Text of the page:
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"Did you give some drugs to this kid?"; accomplishment or event, formal or informal


alkinsen 1 / -  
Oct 23, 2013   #1
Discuss an accomplishment or event, formal or informal, that marked your transition from childhood to adulthood within your culture, community, or family.

There might be a lot of grammar mistakes, it is not proofread yet. Don't bother with it a lot.
What do you think about this personal essay mostly about structure and content wise. Please give me some advice about where to edit/remove/add

"Did you give some drugs to this kid?" was the question my elementary school teacher asked my father to remark on the change I had in 5 years.

"ENOUGH!", "SIT PROPERLY!", "BEHAVE YOURSELF!" were the magical phrases I have heard quite a lot in the beginning of the elementary school. I was the naughty type that always ended up in trouble. Even in first grade I got some stitches on my head. In second grade, there was a fight over the food line which ended in the principal's office. Even one of the inspectors who visit classrooms to check the students commented on my behalf that I, the problem kid, from his experience will be unsuccessful in life with severe disciplinary issues in school so he advised my teacher to throw me out, expel, because I would hinder other students' performance. It was not very long until I become one of the best students my teacher had and even considered the fact that I was given medication to amend my behavior. The thing that changed me is neither a medication nor a magical wand; it is far more special and powerful. The guidance of my grandmother shaped me into who I am today.

My transition from childhood to adulthood did not happen with just a single event. It was a long and hard process, which my grandmother made a lot of sacrifices to make sure I was raised to be as a successful person. As my two hardworking parents were doctors with a busy schedule, I spent nearly all my childhood with my grandmother. In the end my juvenile brain adopted and imitated what it received in those times.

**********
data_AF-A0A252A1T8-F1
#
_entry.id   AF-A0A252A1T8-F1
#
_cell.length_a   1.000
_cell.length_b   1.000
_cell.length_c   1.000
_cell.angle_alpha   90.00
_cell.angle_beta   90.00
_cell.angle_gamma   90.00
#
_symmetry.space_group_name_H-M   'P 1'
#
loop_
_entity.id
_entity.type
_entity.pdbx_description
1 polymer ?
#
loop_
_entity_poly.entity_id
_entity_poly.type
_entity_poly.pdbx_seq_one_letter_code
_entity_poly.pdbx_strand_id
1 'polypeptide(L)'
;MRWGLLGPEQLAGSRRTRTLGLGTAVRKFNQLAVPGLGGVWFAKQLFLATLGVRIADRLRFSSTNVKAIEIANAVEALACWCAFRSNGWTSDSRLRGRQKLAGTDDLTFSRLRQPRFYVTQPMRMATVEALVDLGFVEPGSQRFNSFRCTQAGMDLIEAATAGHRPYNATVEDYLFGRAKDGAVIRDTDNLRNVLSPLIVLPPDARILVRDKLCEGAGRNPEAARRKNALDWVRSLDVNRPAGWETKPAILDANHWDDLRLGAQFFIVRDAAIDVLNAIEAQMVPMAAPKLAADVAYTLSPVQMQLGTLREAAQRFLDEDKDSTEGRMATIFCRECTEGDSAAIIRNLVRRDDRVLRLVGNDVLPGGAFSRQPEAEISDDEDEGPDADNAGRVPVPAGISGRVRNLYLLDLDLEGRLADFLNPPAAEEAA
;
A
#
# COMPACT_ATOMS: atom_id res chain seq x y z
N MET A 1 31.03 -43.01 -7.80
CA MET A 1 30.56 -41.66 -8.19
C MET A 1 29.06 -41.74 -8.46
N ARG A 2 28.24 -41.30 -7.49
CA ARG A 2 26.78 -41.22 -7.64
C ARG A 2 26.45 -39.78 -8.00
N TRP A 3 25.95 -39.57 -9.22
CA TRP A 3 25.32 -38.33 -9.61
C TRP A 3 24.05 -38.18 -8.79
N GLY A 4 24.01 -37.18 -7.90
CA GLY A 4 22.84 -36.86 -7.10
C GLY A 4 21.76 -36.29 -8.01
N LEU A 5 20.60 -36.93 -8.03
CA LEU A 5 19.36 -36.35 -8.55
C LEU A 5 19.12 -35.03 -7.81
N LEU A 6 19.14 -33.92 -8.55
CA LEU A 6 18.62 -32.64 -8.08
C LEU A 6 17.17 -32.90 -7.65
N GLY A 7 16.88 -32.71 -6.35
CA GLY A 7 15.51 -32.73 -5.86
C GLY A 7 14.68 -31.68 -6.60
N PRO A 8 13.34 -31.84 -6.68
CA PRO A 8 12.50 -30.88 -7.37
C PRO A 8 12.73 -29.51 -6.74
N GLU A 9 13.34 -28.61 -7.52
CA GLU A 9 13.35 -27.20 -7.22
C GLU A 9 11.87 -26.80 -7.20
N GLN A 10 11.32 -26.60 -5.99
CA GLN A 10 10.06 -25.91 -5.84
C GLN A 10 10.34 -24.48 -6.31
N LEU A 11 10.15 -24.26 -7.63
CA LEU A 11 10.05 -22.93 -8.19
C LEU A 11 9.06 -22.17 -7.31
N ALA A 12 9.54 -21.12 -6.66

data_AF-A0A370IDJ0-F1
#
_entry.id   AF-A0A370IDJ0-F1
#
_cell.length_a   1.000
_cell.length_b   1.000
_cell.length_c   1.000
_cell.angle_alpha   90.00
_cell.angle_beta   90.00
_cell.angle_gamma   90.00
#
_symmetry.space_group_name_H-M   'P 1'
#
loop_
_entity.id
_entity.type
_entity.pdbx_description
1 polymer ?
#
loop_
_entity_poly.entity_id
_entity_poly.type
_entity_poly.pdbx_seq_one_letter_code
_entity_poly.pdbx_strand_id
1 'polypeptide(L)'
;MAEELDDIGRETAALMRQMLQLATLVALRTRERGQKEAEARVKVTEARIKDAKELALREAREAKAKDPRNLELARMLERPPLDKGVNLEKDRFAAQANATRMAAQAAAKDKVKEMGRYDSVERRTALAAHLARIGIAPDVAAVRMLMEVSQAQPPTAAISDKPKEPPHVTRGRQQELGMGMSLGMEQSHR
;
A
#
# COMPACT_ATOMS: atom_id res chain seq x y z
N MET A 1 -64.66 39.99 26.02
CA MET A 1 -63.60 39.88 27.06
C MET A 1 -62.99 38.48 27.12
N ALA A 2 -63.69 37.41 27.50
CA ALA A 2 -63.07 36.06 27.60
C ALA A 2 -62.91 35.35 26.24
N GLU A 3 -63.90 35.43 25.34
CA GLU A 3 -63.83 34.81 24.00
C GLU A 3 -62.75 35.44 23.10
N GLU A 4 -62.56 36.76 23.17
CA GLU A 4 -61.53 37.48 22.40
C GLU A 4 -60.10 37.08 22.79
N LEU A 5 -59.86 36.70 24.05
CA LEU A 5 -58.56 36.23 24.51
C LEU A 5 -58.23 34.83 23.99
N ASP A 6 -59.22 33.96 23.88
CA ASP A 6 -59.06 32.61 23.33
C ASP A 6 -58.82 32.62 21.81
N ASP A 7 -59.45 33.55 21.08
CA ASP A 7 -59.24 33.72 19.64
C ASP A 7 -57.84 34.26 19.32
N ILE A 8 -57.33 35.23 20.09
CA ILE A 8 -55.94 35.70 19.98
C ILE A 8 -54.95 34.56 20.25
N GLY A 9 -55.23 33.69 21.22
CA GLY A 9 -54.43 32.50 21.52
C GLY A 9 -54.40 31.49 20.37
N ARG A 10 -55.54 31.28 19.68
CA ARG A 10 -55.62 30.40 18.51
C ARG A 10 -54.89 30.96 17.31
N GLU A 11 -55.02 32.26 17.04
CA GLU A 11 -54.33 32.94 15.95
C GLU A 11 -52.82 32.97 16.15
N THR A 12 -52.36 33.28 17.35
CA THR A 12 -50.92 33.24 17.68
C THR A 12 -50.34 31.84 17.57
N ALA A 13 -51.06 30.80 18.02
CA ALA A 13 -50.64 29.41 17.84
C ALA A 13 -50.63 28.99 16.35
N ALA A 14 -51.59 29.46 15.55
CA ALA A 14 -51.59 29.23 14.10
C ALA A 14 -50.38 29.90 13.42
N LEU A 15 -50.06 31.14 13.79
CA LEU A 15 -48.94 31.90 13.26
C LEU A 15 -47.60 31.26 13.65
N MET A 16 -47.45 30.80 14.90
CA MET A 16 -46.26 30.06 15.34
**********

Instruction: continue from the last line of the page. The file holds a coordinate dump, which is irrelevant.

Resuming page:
Procrastination was quite sweet for the childish me; from delaying my homework to the minutes until my service bus was near my school, I turned out to be consistent and responsible as my grandmother was. She would wake up precisely at 6.00 am in the morning to start my waking up ceremony, a ceremony that consisted of preparing breakfast, waking me up slowly and making me ready for school bus on time. In her ways, it was not acceptable for me to be late for bus yet this was more than missing school. It was her responsible and dedicated personality that made sure all the things she had done was flawless. The same routine continued for years. Slowly I became more like her. I started to take my studies seriously and do my homework on time with great attention. As soon I reached a higher standards in the class there was nothing to stop me from aiming nothing but the top. The old "problem kid" could bear the idea of getting low marks and being scolded for behavior.

I also learned how to be optimistic about life. My grandmother showed me how a smile can work miracles for the people around you. Throughout my whole life I have never heard she complain for a second even though there were many misfortunate things that happened to her. Even in hard times her smiling face would empower all of us, especially me. To this day, I follow her steps by finding joy in the little things and looking at the bright side. By obtaining such a perspective I can maintain my serenity in tough situations and it is now one the most important aspect that I value in my friendships.

I cannot repay my grandmother for what she has done for me. I will always be in debt of her but I do my best to keep her sweet smile by letting her know that her creation, me, is successful. She has held my hand more than anyone else on the road to adulthood. However I do not declare myself as an adult or as a child. Although I am adult by my age according to the law, I still have a lot to learn about life and I am well aware of it.



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